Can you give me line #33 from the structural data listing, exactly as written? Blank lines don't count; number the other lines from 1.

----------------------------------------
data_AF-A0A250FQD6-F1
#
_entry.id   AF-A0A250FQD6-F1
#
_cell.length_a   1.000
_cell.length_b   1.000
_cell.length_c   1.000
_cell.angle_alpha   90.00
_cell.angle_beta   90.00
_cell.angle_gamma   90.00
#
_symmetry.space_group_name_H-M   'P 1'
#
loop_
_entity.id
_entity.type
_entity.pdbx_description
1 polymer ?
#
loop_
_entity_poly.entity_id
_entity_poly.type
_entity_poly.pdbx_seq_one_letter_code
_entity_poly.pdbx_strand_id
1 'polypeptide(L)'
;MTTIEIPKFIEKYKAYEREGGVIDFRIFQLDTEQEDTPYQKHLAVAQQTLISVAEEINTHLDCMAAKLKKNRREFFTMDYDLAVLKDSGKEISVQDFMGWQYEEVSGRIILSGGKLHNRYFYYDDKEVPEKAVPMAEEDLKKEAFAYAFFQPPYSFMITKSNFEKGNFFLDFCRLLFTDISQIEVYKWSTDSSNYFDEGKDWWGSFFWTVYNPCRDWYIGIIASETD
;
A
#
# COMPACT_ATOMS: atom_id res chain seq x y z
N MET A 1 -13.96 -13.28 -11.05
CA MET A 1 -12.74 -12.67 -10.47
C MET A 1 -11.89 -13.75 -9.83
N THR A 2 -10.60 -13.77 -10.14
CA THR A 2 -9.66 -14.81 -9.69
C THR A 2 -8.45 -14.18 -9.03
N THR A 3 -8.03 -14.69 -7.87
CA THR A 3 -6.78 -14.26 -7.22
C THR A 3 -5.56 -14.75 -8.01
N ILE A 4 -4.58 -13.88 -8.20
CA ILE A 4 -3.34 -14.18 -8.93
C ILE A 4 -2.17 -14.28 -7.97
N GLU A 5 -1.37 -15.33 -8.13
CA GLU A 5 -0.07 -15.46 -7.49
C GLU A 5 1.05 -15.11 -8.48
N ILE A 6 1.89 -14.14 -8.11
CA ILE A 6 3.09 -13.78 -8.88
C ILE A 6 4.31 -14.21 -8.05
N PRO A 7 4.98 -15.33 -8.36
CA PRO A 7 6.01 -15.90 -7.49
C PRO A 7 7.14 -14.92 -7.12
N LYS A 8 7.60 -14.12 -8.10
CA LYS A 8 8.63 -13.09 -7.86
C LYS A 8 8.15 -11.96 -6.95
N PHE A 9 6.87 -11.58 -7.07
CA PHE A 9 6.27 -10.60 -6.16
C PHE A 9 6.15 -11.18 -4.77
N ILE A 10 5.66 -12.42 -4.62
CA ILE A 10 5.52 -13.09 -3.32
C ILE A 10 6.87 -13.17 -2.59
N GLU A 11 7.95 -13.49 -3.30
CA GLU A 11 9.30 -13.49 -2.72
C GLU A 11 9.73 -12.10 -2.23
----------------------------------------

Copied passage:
C MET A 1 -11.89 -13.75 -9.83